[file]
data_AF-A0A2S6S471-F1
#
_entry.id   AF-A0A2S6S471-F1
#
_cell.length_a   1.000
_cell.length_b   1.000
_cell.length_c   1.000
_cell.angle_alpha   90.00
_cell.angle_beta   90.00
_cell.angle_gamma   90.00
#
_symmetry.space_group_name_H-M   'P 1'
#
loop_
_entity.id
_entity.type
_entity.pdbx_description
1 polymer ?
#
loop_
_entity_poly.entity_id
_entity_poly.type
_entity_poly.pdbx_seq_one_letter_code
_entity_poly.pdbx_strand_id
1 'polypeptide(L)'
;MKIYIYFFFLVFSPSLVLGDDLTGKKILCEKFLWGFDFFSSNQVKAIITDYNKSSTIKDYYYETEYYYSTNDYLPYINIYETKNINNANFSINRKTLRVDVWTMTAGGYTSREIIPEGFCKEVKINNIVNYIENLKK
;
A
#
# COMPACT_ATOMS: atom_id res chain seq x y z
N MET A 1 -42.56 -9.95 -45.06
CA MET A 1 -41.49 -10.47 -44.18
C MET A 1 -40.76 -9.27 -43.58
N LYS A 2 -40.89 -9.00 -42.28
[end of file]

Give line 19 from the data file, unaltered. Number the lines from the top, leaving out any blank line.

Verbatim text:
#